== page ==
Hello, my name is John, and today we will be presenting on the epidemic facing the United States known as Obesity. Statistics have proven time and time again that the United States is heavier than most other nations in the world. Nearly 40% of American adults of the age of 20 and up are considered to be obese. Also, 70% of American adults of the age of 20 and over are above the weighted average. Obesity is considered to be a national epidemic and is a major contributor to death in the United States due to its prevalence with conditions such as heart diseases, stroke, diabetes, and even cancer. Policies that promote access to healthier and affordable food options in low-income communities are needed to combat this issue facing our nation. The question being asked is if there is a correlation between socioeconomic status and obesity in the United States, and the answer is true yes. People in low-income communities, the majority of people of color, are disproportionately more at risk for obesity and death due to co-occurring health consequences such as heart disease, diabetes, etc. The studies that brought together this finding include the ratio of women who were obese or overweight in a sample population of low-income women and the effects low-income backgrounds have on obesity with school-aged children. With this gathered information, and with the data provided in the multiple studies, it was evident that there is a correlation between low socioeconomic status and obesity. According to the data presented in the graph, children from low-income families are both more obese and overweight than those in higher levels of the income bracket. It was also proven that those who were on the lower end of the income spectrum were more likely to be obese or overweight than those with a higher socioeconomic status. To effectively combat this issue, it is extremely vital that the United States gets more involved at the federal level by implementing policies that improve access to healthy affordable produce in low-income communities. In schools, proper nutrition should be taught and practiced by making sure that students are eating whole and nutritious meals. It is also vital that the issue of food swamps in these areas is also addressed as most food chains are located in clusters in low-income areas. This is an issue because individuals that live within these areas, over some time, begin to believe that frequent eating at fast-food chains is of normalcy further increasing their outcome of obesity. Acknowledging that low socioeconomic factors play a role in obesity is the first step, and implementing policies to combat obesity in our nation is the second step to increasing the longevity of citizens across the country.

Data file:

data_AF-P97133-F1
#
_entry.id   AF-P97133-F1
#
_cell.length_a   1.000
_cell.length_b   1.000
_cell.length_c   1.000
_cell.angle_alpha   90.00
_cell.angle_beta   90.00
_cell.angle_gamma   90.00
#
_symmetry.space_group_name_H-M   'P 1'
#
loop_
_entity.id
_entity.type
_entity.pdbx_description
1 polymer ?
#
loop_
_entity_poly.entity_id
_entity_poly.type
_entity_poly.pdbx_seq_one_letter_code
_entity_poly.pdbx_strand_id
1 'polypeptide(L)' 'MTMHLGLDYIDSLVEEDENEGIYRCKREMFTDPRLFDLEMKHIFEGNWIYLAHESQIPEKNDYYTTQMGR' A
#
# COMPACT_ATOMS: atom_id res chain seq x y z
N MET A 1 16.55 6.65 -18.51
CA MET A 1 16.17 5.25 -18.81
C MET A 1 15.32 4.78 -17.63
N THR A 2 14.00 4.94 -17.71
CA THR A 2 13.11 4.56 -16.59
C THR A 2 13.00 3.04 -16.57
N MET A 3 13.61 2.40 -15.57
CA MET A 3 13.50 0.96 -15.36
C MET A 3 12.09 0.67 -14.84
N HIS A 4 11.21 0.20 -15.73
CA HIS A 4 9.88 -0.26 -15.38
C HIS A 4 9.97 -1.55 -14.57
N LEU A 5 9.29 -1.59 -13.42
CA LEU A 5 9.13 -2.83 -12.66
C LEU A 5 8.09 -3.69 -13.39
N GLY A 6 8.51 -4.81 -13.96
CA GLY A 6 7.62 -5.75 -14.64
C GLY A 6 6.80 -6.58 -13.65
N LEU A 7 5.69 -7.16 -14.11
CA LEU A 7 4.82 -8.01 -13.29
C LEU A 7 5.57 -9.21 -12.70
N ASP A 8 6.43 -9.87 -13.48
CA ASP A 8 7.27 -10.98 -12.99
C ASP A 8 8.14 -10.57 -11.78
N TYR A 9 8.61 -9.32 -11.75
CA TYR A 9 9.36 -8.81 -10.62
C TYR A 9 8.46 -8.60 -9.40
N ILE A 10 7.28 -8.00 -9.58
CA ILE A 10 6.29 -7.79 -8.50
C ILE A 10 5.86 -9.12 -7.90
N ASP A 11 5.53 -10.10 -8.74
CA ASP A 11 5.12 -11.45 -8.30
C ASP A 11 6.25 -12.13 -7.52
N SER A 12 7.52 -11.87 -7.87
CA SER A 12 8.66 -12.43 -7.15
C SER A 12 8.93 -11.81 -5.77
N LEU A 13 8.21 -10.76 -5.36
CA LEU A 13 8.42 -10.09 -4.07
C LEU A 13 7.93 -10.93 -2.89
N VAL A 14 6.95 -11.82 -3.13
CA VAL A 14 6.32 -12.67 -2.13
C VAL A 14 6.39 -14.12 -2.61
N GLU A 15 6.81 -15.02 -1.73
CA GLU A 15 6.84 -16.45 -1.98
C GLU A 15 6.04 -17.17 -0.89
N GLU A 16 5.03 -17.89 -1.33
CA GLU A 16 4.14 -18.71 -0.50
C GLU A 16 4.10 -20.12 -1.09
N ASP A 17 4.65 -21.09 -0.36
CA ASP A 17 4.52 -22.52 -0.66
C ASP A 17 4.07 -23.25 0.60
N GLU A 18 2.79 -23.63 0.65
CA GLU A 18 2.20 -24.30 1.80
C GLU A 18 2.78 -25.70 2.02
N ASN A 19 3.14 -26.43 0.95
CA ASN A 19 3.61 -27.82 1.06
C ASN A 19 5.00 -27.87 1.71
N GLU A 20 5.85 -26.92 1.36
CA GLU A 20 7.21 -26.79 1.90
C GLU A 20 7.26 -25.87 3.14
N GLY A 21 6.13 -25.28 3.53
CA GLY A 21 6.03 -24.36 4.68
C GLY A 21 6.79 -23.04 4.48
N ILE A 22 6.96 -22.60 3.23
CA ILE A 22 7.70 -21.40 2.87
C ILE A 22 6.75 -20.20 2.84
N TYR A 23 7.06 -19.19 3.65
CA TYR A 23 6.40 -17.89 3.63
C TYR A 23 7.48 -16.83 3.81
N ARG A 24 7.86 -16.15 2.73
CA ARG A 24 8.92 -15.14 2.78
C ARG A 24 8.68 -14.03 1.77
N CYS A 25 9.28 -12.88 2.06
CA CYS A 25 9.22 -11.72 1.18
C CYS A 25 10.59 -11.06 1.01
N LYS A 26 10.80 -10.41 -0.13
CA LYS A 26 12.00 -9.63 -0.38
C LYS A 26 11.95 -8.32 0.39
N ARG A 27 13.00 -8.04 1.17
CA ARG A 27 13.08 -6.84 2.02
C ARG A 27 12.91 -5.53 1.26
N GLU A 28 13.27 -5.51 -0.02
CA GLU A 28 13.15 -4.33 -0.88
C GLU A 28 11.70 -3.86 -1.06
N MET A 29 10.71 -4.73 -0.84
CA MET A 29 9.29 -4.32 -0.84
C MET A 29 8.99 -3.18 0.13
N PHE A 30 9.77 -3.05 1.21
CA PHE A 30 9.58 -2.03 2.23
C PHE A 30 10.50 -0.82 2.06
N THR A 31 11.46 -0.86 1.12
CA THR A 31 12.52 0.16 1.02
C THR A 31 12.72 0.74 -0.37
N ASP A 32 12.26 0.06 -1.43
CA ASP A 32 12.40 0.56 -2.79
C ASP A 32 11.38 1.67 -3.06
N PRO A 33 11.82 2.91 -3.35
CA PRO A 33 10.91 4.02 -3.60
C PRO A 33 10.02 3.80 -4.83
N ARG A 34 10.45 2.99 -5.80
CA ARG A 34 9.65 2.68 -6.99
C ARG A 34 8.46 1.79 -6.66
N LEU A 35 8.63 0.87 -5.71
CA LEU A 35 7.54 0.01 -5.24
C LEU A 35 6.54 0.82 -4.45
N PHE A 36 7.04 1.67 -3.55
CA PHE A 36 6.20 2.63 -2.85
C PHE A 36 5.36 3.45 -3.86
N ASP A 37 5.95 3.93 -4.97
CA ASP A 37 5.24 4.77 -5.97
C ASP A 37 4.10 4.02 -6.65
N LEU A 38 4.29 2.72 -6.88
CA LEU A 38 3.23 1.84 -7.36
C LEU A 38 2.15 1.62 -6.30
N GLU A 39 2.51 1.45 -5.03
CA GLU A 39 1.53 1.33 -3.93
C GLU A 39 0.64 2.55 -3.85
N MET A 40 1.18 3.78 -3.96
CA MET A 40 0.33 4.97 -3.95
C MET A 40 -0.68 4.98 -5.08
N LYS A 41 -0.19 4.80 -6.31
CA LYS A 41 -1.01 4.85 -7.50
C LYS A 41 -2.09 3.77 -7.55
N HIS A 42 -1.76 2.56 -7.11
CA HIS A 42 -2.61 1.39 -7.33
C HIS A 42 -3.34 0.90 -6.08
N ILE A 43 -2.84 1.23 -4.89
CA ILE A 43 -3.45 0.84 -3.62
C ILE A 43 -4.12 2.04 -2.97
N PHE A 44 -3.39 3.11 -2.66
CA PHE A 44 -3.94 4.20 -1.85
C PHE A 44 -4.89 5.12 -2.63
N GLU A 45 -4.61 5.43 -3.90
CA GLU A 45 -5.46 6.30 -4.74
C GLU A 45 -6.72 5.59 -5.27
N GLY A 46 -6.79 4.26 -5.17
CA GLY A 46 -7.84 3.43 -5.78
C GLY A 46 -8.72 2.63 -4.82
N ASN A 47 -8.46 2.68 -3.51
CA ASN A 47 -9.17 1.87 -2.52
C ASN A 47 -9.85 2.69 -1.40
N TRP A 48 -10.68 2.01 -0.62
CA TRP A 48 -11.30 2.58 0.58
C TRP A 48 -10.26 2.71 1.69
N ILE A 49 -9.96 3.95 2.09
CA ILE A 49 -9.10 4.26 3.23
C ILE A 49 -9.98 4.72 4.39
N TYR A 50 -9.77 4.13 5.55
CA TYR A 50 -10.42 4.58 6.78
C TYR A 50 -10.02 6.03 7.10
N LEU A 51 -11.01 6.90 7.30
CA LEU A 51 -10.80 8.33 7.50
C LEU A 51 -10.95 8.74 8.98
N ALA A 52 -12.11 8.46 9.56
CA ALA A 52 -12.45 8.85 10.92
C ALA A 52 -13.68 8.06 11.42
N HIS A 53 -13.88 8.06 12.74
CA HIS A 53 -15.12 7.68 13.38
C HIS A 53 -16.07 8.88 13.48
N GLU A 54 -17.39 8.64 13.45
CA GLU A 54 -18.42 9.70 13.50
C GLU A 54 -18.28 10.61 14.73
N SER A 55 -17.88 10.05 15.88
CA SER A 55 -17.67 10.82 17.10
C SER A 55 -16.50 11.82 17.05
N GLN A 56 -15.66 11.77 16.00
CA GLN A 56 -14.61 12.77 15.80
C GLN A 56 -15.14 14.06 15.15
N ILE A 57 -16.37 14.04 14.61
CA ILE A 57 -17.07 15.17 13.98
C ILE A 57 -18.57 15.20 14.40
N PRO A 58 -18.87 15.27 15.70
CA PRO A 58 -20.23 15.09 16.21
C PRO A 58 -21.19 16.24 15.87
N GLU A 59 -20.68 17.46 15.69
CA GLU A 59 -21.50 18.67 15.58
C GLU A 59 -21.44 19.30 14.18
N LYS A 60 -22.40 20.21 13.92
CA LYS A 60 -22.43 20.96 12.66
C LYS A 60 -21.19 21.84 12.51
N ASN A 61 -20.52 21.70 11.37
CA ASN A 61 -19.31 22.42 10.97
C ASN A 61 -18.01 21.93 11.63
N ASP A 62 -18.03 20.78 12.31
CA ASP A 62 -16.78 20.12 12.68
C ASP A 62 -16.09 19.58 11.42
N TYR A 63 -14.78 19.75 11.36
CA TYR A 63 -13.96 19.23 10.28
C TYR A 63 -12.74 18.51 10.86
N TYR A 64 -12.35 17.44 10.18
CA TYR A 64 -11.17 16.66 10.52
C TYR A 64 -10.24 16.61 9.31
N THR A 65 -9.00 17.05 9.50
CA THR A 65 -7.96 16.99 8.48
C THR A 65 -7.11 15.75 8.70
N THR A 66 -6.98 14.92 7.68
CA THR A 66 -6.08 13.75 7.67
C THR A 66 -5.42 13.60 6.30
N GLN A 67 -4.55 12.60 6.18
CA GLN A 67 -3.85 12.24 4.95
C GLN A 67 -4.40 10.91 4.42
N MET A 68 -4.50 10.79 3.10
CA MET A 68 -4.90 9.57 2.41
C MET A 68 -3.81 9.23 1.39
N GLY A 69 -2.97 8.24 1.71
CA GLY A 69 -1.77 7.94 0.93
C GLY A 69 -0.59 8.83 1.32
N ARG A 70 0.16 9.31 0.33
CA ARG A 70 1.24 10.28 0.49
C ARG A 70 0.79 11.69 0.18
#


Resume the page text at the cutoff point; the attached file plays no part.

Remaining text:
Explication of Research:
Statistics have proven time and time again that the United States is heavier than most other nations in the world. Nearly forty percent of American adults of the age of twenty and up are considered to be obese. Also, seventy percent of American adults of the age of twenty and over are above the weighted average (Nelson et al., 2002). Conditions such as heart diseases, strokes, diabetes, and cancer are caused by obesity. Obesity is a major cause of death in the United States and is considered a national epidemic. Policies that promote access to healthier and affordable food options in low-income communities are needed to combat this issue facing our nation.
Obesity is a problem challenging the nation as a whole and specifically North Carolina. With obesity comes other co-occurring factors such as coronary heart disease, stroke, type 2 diabetes, and several forms of cancer. As stated by the Eat Smart Move More movement (ESMM) of North Carolina, “the high rates of overweight and obese people in our state and nation cause decreases in the life expectancy, productivity, and quality of life,” (ESMM, 2020). With the issue of obesity, health-related factors lead to an increase in the cost of healthcare for individuals. These health-related factors not only affect individual revenue but also has a substantial financial impact on the overall health care system, as well as the economy. The lack of access to healthy foods for people with low socioeconomic status is a reason why there is a greater likelihood of obesity among people of low-income backgrounds.
Socioeconomic status has been a determinant of social standing in correlation to an individual’s level of education, income, and occupation. Obesity, on the other hand, is an issue that affects the vast majority of individuals in the United States directly and indirectly. With that, several types of research have proven the parallel between an individual’s socioeconomic status and their likelihood of being obese to be true. People from low-income backgrounds are indeed more likely to be obese than those that those who are much wealthier.